But in the early 1960s, everything changed when Mr. Kasemets discovered the sounds of the American avant-garde composer and theorist John Cage. It was the pivotal moment in Mr. Kasemets’s life, Mr. Strachan said. “Everything goes back, in one way or another, to Cage.”
Mr. Kasemets began moving away from his somewhat traditional modernism into the exploratory kind of music he made from then on; toward special notations, using mixed media, including audiovisual interactions with the audience, and electroacoustics.
“I was a changed person from that day on,” Mr. Kasemets recalled in 2009 of his fateful encounter. “Cage opened up my mind. He managed all his life to keep asking questions about what music really is.” These were questions Mr. Kasemets himself strove to answer.
He was born in 1919 in Tallinn, Estonia, the son of a church musician. As he recalled in a 1969 interview, the sounds of the human voice first led him to music. With plans to become a conductor, he studied music at the Tallinn Conservatory and later at the Stuttgart Academy of Music. A few teachers stood out in his memory, according to The Globe’s 2009 profile: Heino Eller, his “very forward-looking” composition teacher in Tallinn, and Ernst Krenek, the bad-boy composer of the Weimar Republic, with whom Mr. Kasemets studied in Germany. He also vividly recalled seeing the great visionary composer Edgard Varèse at the famous Darmstadt summer school in 1950, demolishing students by flipping through their scores and saying, “Can’t you do anything new?”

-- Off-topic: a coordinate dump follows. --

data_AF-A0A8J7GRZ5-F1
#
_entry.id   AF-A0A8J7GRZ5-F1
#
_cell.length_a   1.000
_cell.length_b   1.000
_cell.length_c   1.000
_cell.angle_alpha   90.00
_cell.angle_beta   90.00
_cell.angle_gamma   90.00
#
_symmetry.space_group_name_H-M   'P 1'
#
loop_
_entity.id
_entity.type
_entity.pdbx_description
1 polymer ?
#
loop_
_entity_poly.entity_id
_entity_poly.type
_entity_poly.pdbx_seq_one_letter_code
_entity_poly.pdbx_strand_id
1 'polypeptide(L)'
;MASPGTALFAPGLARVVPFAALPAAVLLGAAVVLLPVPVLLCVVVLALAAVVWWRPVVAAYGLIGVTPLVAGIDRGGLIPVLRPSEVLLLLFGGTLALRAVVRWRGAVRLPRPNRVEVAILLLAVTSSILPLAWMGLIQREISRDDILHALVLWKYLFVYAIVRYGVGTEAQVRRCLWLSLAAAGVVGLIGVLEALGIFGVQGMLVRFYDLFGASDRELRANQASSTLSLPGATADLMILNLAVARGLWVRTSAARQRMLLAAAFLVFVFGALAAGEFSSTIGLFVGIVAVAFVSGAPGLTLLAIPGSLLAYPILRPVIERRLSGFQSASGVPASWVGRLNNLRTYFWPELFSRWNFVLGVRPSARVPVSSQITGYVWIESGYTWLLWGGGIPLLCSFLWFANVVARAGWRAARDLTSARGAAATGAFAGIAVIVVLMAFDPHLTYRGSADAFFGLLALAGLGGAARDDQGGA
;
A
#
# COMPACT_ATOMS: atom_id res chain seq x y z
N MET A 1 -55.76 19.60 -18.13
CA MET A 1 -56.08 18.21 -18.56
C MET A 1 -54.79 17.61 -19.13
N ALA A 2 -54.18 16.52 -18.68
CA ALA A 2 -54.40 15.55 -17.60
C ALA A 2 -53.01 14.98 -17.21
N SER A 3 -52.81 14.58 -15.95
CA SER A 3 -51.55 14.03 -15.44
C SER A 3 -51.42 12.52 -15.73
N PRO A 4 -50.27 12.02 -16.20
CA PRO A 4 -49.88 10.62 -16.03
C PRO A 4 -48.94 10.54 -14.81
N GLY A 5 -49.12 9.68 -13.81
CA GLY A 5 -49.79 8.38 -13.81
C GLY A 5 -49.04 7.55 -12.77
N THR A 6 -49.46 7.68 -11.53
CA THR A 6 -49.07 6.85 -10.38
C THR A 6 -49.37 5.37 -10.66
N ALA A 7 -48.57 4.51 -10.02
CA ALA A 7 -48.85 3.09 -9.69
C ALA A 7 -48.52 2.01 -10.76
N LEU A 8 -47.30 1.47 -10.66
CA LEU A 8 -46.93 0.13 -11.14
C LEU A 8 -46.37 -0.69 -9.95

“New” stuck in his mind when he arrived in Canada the following year, and plunged into the modern music scenes in Hamilton and Toronto. He taught at the Royal Hamilton College of Music and conducted the Hamilton Conservatory Chorus until 1957.
He was music critic for The Toronto Daily Star from 1959 to 1963. “He was evidently too outspoken even for that paper,” recalled his friend of 60 years, John Beckwith, a retired music professor at the University of Toronto and himself a onetime music columnist for the Star.
When Mr. Kasemets criticized the pianist-conductor Reginald Stewart, “there was a protest from Stewart’s patron, Lady Eaton,” Mr. Beckwith recalled. “In Methodistical thunder she wrote, ‘Who is Udo Kasemets, and whence cometh he?’”
He continued with a torrent of activity, teaching at the Brodie School of Music and Modern Dance and organizing Toronto’s first new music series, Men, Minds and Music. In 1968, he planned and directed the first Toronto Festival of Arts and Technology. That year, he was responsible for bringing Mr. Cage and the artist Marcel Duchamp to Toronto’s Ryerson Theatre for the 4 1/2-hour premiere of Reunion, in which games of chess between the two visitors determined the performance. Mr. Duchamp would die a few months later.